The Thursday Murder Club by Richard Osman

11 Comments »

 "A few glasses of wine and a mystery---very social, but also gory. It is good fun."

When you think of a retirement community, what is the first thing that comes to mind? I have memories of visiting my great grandmother in her nursing home, seeing the other folks gathered in the cafeteria/activities room, playing dominoes, and sharing stories. My guess is that you would think of something similar. What you probably wouldn't imagine is a group of seniors investigating murders, but that's exactly what British TV Presenter Richard Osman has conjured up in his debut novel The Thursday Murder Club. I was so intrigued by this inventive premise that I was eager to dive into the copy of the book that Osman's publisher graciously provided me. 

Joyce is one of the newer residents of the upscale senior living facility called Coopers Chase. She's a former nurse who did well enough financially to end up spending the rest of her days in the luxury retirement community. The rooms are spacious enough, but the rest of the amenities really sealed the deal. She spends her time enjoying a glass of wine and honing her baking skills, but Joyce longs for something more stimulating to occupy her days. 

Enter Elizabeth, perhaps the most determined person Joyce has ever met. Not much is known about Elizabeth's secretive past. Suffice it to say that whatever work the woman did, she is well-connected and has a seemingly endless chain of contacts to achieve whatever she desires. One day Elizabeth recruits Joyce's medical expertise by showing her a set of crime scene photos. At first, Joyce is a bit taken aback by the images shes seeing. As she begins to study the pictures and apply her knowledge to form medical conclusions about the crime, however, she begins to feel the same thrill she has been lacking since moving into the retirement community. Joyce is hooked, and Elizabeth is pleased. 

Elizabeth reveals to Joyce The Thursday Murder Club, a group comprised of herself and two other men. The friends meet weekly in the jigsaw puzzle room and hash out their theories around various crimes. Elizabeth's connections to the police department help to keep a fresh supply of cases for their weekly gatherings. Joyce is excited to join in all the fun. When one of the owners of Coopers Chase is suddenly killed, the murder club shifts its focus from decades-old cold cases to the one that has occurred in their own back yard. If they can help solve this killing, they'll legitimize their club beyond the current perception of four friends meeting to reminisce about times gone by. 

The Thursday Murder Club by Richard Osman might be the most charming book I've read all year. Osman combines elements of a more traditional cozy mystery with the strong character work and plot points of a more hardened crime novel to form a genre-bending novel that gripped me for the entire duration. I'm not sure what inspired him to write a book about a group of crime-fighting octogenarians, but I'm really happy that he did. Osman cleverly uses the age of his main characters to build a deep history into each one of them, imbuing them wisdom and struggles that can only come from time and experience. The retirement community where the majority of the novel is set is a fully-realized world, full of detailed settings and well-drawn supporting characters. I truly felt like I was there with the characters. As for the mystery, Osman layered in enough red herrings and twists to keep me guessing all the way to the big reveal at the end. With a unique premise, alluring characters, and a captivating mystery, The Thursday Murder Club is a nearly perfect debut novel.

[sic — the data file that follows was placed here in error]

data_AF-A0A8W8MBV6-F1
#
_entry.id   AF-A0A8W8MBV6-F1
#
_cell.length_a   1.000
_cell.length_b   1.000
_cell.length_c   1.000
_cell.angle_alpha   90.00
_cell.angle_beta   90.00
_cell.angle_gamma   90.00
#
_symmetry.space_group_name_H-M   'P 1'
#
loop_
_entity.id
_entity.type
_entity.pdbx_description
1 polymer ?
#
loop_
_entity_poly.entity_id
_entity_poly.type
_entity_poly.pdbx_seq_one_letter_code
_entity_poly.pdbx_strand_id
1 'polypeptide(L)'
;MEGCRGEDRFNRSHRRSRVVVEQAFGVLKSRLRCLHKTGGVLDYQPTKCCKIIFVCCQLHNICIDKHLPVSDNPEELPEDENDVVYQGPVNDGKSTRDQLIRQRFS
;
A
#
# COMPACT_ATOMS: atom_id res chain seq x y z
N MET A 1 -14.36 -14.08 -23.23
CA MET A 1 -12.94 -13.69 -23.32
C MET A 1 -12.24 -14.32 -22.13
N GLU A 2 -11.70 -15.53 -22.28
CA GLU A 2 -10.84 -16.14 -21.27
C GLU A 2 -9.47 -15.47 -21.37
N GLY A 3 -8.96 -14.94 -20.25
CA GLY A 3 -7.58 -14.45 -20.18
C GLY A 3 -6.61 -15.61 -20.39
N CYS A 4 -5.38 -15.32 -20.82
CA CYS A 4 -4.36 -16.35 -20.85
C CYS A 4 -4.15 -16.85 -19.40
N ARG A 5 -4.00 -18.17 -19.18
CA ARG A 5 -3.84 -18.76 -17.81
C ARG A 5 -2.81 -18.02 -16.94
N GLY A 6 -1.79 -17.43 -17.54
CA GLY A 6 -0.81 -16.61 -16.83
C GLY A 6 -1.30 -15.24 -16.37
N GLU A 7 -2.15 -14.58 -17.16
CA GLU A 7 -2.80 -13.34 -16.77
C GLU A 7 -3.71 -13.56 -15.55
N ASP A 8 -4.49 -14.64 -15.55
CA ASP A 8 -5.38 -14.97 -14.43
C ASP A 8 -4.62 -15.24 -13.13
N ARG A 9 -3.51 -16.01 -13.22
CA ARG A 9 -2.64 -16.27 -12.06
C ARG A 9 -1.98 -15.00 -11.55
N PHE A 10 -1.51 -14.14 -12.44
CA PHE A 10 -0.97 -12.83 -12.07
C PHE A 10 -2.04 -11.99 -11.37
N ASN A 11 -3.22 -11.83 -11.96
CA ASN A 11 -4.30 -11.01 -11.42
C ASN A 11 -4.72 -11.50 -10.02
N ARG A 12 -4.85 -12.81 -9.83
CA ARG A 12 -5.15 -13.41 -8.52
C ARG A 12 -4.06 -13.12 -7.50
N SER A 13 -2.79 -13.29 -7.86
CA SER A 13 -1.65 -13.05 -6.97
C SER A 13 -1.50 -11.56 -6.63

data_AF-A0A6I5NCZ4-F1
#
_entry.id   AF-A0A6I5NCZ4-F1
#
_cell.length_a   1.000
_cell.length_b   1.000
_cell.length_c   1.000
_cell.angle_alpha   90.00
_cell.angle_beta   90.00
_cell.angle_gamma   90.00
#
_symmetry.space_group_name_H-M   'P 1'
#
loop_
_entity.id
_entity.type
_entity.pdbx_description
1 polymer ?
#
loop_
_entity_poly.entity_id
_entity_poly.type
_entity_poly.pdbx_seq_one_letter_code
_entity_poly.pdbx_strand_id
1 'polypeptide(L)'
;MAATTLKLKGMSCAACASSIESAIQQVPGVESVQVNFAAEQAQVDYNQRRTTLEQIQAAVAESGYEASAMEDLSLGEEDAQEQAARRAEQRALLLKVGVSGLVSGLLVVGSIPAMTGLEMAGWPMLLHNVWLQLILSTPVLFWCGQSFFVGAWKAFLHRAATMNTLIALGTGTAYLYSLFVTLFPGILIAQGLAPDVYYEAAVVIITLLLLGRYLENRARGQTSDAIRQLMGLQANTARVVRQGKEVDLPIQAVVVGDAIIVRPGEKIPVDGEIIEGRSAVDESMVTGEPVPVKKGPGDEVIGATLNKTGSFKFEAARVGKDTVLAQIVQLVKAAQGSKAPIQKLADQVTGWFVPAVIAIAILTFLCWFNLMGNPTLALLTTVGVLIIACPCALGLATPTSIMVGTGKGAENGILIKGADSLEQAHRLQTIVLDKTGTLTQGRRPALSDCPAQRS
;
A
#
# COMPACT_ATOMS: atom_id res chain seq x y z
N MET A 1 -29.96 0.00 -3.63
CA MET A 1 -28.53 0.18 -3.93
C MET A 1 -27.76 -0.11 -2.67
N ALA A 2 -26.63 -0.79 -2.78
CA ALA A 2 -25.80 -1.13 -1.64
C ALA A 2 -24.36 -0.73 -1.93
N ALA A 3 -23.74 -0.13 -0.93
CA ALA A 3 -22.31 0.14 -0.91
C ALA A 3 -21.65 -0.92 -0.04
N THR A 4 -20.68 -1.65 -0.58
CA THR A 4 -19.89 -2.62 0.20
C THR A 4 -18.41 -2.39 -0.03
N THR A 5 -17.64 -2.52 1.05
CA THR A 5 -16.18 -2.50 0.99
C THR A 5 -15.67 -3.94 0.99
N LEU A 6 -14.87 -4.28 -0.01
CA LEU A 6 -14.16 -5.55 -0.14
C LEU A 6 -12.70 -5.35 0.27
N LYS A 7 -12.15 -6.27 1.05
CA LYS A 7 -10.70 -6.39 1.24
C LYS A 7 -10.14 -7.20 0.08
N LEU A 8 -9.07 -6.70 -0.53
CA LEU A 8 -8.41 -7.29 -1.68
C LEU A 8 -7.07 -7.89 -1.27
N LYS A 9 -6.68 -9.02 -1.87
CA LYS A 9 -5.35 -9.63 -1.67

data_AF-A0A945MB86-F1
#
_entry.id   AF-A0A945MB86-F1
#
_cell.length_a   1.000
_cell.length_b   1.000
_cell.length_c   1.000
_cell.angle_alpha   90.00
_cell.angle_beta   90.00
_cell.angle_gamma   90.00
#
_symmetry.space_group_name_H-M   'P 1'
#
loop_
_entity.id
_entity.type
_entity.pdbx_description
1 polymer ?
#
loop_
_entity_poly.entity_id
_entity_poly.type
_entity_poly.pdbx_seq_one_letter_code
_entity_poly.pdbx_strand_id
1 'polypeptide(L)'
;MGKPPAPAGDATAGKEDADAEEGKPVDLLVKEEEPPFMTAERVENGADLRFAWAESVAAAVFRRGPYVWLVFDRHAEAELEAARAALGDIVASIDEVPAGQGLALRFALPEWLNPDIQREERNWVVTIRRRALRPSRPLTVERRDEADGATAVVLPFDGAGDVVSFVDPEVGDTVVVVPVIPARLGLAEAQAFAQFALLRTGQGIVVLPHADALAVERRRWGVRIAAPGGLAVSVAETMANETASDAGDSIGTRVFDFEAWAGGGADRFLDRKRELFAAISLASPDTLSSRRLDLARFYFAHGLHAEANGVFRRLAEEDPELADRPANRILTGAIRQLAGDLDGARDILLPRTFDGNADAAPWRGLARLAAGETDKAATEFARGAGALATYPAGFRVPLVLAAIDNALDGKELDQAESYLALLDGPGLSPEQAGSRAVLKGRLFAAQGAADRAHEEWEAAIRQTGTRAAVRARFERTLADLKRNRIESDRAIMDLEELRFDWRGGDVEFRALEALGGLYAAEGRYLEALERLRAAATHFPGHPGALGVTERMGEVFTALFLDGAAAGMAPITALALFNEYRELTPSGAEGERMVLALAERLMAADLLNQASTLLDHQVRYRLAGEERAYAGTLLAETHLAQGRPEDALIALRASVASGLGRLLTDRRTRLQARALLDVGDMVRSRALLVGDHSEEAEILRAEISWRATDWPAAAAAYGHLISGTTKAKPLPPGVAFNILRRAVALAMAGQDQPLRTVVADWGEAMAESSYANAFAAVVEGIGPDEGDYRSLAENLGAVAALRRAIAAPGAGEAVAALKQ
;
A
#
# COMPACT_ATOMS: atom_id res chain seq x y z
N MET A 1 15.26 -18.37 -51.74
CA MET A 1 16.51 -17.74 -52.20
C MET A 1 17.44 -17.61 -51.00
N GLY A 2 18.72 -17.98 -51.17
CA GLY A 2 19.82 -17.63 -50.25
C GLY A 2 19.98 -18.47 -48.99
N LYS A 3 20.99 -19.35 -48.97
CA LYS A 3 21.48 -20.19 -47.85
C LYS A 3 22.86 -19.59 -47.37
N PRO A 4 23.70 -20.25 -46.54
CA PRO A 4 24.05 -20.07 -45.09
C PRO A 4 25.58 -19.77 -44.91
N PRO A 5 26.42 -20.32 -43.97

For more information visit Amazon and Goodreads.

(2020, 42)

Love, Zac by Reid Forgrave

16 Comments »

"The truth is inconvenient. The truth could be painful. This is a game people love. But as a society, we evolve."

Football has become almost as American as the Statue of Liberty or the Fourth of July. I mean, think about it for a moment. My time in the high school band revolved around supporting our football team every Friday night. Thanksgiving wouldn't be complete without "the big game" playing on the TV. Even colleges, places that are supposed to be dedicated to higher learning, feature massive football stadiums looming over the rest of campus. American's love the game, but as author Reid Forgrave explores in his new book Love, Zac, our love affair with the sport may be doing more harm than good.

Zac Easter was the quintessential all-American high school athlete. What he lacked in size he made up for in toughness. Football and grit seemed to run in his family. Zac's dad was the assistant coach at his rural midwestern high school. His older brother was a high school football star player. Playing the sport was not only a rite of passage for the Easter men, but it was also an expectation. If you don't play football, how will you become a proper man?

Every game, Zac put forth all of his efforts, willing his body to push the limits of what it was capable of. Each play saw the young man violently collide with other players. It even earned him the coveted "big hammer" title from his coach. There were plenty of plays that left Zac raddled, dizzy, or even knocked out, but he always got up and returned to the field. Somewhere along the way, playing through the pain became the rule, not the exception. Finally, a catastrophic impact during his senior year took Zac out of the game for good. His football career was over, but the lifelong impact of his time playing the game was only beginning.